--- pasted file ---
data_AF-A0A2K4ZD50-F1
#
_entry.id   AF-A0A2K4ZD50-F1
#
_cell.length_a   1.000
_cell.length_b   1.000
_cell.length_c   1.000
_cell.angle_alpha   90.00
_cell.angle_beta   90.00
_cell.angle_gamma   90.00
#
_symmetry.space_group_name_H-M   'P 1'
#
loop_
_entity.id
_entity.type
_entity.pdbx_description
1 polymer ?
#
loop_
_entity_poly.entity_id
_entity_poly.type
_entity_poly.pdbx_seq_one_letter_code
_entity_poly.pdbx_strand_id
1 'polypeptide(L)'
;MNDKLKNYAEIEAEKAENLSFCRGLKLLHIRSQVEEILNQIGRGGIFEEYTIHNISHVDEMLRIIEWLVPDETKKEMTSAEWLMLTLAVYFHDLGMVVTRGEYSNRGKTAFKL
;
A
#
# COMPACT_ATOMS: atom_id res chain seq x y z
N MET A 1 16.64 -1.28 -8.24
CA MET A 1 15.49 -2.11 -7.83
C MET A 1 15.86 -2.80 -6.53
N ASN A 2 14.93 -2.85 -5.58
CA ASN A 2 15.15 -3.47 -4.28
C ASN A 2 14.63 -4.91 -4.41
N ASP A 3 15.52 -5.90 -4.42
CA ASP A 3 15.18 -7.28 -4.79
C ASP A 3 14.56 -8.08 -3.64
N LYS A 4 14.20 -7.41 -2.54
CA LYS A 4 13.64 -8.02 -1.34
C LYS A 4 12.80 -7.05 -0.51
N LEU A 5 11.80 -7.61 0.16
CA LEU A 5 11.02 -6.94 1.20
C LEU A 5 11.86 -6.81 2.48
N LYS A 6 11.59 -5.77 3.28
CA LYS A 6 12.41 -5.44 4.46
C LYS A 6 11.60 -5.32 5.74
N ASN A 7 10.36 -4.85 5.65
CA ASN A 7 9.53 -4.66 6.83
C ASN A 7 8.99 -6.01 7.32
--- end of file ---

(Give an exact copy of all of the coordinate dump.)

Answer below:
data_AF-A0A2K4ZD50-F1
#
_entry.id   AF-A0A2K4ZD50-F1
#
_cell.length_a   1.000
_cell.length_b   1.000
_cell.length_c   1.000
_cell.angle_alpha   90.00
_cell.angle_beta   90.00
_cell.angle_gamma   90.00
#
_symmetry.space_group_name_H-M   'P 1'
#
loop_
_entity.id
_entity.type
_entity.pdbx_description
1 polymer ?
#
loop_
_entity_poly.entity_id
_entity_poly.type
_entity_poly.pdbx_seq_one_letter_code
_entity_poly.pdbx_strand_id
1 'polypeptide(L)'
;MNDKLKNYAEIEAEKAENLSFCRGLKLLHIRSQVEEILNQIGRGGIFEEYTIHNISHVDEMLRIIEWLVPDETKKEMTSAEWLMLTLAVYFHDLGMVVTRGEYSNRGKTAFKL
;
A
#
# COMPACT_ATOMS: atom_id res chain seq x y z
N MET A 1 16.64 -1.28 -8.24
CA MET A 1 15.49 -2.11 -7.83
C MET A 1 15.86 -2.80 -6.53
N ASN A 2 14.93 -2.85 -5.58
CA ASN A 2 15.15 -3.47 -4.28
C ASN A 2 14.63 -4.91 -4.41
N ASP A 3 15.52 -5.90 -4.42
CA ASP A 3 15.18 -7.28 -4.79
C ASP A 3 14.56 -8.08 -3.64
N LYS A 4 14.20 -7.41 -2.54
CA LYS A 4 13.64 -8.02 -1.34
C LYS A 4 12.80 -7.05 -0.51
N LEU A 5 11.80 -7.61 0.16
CA LEU A 5 11.02 -6.94 1.20
C LEU A 5 11.86 -6.81 2.48
N LYS A 6 11.59 -5.77 3.28
CA LYS A 6 12.41 -5.44 4.46
C LYS A 6 11.60 -5.32 5.74
N ASN A 7 10.36 -4.85 5.65
CA ASN A 7 9.53 -4.66 6.83
C ASN A 7 8.99 -6.01 7.32